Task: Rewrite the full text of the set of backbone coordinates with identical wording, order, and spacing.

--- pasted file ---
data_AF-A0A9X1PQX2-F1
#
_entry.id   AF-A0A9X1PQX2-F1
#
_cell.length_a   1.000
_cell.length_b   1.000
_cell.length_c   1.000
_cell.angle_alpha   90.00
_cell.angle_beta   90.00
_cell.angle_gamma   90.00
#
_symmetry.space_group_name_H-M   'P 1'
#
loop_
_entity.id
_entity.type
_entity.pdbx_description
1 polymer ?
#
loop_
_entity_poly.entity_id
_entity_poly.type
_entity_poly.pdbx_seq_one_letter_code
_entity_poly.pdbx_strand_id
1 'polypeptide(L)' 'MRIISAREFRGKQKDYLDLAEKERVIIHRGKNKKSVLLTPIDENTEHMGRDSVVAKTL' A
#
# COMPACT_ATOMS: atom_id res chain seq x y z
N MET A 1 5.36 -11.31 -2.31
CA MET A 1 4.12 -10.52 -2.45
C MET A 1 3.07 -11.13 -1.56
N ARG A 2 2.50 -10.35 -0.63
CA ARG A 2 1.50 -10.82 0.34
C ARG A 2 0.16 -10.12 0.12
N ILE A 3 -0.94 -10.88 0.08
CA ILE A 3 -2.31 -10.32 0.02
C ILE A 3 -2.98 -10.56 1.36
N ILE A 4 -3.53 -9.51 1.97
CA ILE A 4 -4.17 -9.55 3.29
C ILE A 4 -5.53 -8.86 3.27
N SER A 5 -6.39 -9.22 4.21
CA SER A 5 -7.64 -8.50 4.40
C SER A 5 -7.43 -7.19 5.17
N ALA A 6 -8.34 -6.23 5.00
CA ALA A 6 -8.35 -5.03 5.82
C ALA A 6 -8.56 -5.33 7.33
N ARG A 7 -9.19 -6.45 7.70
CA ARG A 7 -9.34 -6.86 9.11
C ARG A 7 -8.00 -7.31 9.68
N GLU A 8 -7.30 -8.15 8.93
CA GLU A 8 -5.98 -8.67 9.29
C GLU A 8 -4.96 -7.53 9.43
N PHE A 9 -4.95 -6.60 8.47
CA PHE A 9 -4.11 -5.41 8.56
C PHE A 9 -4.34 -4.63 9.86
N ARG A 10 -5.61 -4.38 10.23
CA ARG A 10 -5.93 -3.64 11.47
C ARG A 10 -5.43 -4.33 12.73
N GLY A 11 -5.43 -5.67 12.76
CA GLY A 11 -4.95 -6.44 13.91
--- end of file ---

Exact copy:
data_AF-A0A9X1PQX2-F1
#
_entry.id   AF-A0A9X1PQX2-F1
#
_cell.length_a   1.000
_cell.length_b   1.000
_cell.length_c   1.000
_cell.angle_alpha   90.00
_cell.angle_beta   90.00
_cell.angle_gamma   90.00
#
_symmetry.space_group_name_H-M   'P 1'
#
loop_
_entity.id
_entity.type
_entity.pdbx_description
1 polymer ?
#
loop_
_entity_poly.entity_id
_entity_poly.type
_entity_poly.pdbx_seq_one_letter_code
_entity_poly.pdbx_strand_id
1 'polypeptide(L)' 'MRIISAREFRGKQKDYLDLAEKERVIIHRGKNKKSVLLTPIDENTEHMGRDSVVAKTL' A
#
# COMPACT_ATOMS: atom_id res chain seq x y z
N MET A 1 5.36 -11.31 -2.31
CA MET A 1 4.12 -10.52 -2.45
C MET A 1 3.07 -11.13 -1.56
N ARG A 2 2.50 -10.35 -0.63
CA ARG A 2 1.50 -10.82 0.34
C ARG A 2 0.16 -10.12 0.12
N ILE A 3 -0.94 -10.88 0.08
CA ILE A 3 -2.31 -10.32 0.02
C ILE A 3 -2.98 -10.56 1.36
N ILE A 4 -3.53 -9.51 1.97
CA ILE A 4 -4.17 -9.55 3.29
C ILE A 4 -5.53 -8.86 3.27
N SER A 5 -6.39 -9.22 4.21
CA SER A 5 -7.64 -8.50 4.40
C SER A 5 -7.43 -7.19 5.17
N ALA A 6 -8.34 -6.23 5.00
CA ALA A 6 -8.35 -5.03 5.82
C ALA A 6 -8.56 -5.33 7.33
N ARG A 7 -9.19 -6.45 7.70
CA ARG A 7 -9.34 -6.86 9.11
C ARG A 7 -8.00 -7.31 9.68
N GLU A 8 -7.30 -8.15 8.93
CA GLU A 8 -5.98 -8.67 9.29
C GLU A 8 -4.96 -7.53 9.43
N PHE A 9 -4.95 -6.60 8.47
CA PHE A 9 -4.11 -5.41 8.56
C PHE A 9 -4.34 -4.63 9.86
N ARG A 10 -5.61 -4.38 10.23
CA ARG A 10 -5.93 -3.64 11.47
C ARG A 10 -5.43 -4.33 12.73
N GLY A 11 -5.43 -5.67 12.76
CA GLY A 11 -4.95 -6.44 13.91